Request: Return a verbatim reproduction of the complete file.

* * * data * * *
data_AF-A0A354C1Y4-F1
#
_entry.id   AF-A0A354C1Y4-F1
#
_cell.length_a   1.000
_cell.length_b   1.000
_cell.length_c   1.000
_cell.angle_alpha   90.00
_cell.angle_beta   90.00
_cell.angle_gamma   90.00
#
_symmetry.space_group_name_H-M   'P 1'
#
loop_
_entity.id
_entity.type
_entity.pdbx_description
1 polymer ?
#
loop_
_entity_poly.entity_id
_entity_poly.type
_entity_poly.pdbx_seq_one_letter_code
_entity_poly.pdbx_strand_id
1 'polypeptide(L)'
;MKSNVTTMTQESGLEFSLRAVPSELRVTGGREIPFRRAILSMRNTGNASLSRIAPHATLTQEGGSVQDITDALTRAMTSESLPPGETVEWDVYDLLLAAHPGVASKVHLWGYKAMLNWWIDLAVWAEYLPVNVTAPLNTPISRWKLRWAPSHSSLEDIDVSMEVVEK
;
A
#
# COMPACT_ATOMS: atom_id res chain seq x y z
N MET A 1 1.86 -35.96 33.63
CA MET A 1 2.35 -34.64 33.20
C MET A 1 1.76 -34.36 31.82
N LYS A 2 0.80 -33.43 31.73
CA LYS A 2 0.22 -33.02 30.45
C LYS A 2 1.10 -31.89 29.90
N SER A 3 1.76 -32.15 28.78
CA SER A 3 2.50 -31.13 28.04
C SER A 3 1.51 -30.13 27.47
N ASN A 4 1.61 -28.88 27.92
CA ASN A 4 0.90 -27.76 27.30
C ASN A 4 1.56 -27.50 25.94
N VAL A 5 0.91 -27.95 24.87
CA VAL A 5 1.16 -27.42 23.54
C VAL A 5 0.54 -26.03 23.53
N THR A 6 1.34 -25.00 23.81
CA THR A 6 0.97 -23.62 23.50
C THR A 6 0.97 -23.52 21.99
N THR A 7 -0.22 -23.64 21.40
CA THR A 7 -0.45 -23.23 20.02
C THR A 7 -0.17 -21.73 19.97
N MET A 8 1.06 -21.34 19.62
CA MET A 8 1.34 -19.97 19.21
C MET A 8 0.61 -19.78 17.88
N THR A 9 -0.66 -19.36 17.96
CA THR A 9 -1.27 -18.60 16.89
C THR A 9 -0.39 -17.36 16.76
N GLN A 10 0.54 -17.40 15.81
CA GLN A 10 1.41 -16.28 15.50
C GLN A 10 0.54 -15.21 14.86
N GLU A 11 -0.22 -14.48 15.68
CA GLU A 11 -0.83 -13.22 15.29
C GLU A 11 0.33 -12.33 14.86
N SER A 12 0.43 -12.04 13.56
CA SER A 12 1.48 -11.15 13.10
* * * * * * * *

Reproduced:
data_AF-A0A354C1Y4-F1
#
_entry.id   AF-A0A354C1Y4-F1
#
_cell.length_a   1.000
_cell.length_b   1.000
_cell.length_c   1.000
_cell.angle_alpha   90.00
_cell.angle_beta   90.00
_cell.angle_gamma   90.00
#
_symmetry.space_group_name_H-M   'P 1'
#
loop_
_entity.id
_entity.type
_entity.pdbx_description
1 polymer ?
#
loop_
_entity_poly.entity_id
_entity_poly.type
_entity_poly.pdbx_seq_one_letter_code
_entity_poly.pdbx_strand_id
1 'polypeptide(L)'
;MKSNVTTMTQESGLEFSLRAVPSELRVTGGREIPFRRAILSMRNTGNASLSRIAPHATLTQEGGSVQDITDALTRAMTSESLPPGETVEWDVYDLLLAAHPGVASKVHLWGYKAMLNWWIDLAVWAEYLPVNVTAPLNTPISRWKLRWAPSHSSLEDIDVSMEVVEK
;
A
#
# COMPACT_ATOMS: atom_id res chain seq x y z
N MET A 1 1.86 -35.96 33.63
CA MET A 1 2.35 -34.64 33.20
C MET A 1 1.76 -34.36 31.82
N LYS A 2 0.80 -33.43 31.73
CA LYS A 2 0.22 -33.02 30.45
C LYS A 2 1.10 -31.89 29.90
N SER A 3 1.76 -32.15 28.78
CA SER A 3 2.50 -31.13 28.04
C SER A 3 1.51 -30.13 27.47
N ASN A 4 1.61 -28.88 27.92
CA ASN A 4 0.90 -27.76 27.30
C ASN A 4 1.56 -27.50 25.94
N VAL A 5 0.91 -27.95 24.87
CA VAL A 5 1.16 -27.42 23.54
C VAL A 5 0.54 -26.03 23.53
N THR A 6 1.34 -25.00 23.81
CA THR A 6 0.97 -23.62 23.50
C THR A 6 0.97 -23.52 21.99
N THR A 7 -0.22 -23.64 21.40
CA THR A 7 -0.45 -23.23 20.02
C THR A 7 -0.17 -21.73 19.97
N MET A 8 1.06 -21.34 19.62
CA MET A 8 1.34 -19.97 19.21
C MET A 8 0.61 -19.78 17.88
N THR A 9 -0.66 -19.36 17.96
CA THR A 9 -1.27 -18.60 16.89
C THR A 9 -0.39 -17.36 16.76
N GLN A 10 0.54 -17.40 15.81
CA GLN A 10 1.41 -16.28 15.50
C GLN A 10 0.54 -15.21 14.86
N GLU A 11 -0.22 -14.48 15.68
CA GLU A 11 -0.83 -13.22 15.29
C GLU A 11 0.33 -12.33 14.86
N SER A 12 0.43 -12.04 13.56
CA SER A 12 1.48 -11.15 13.10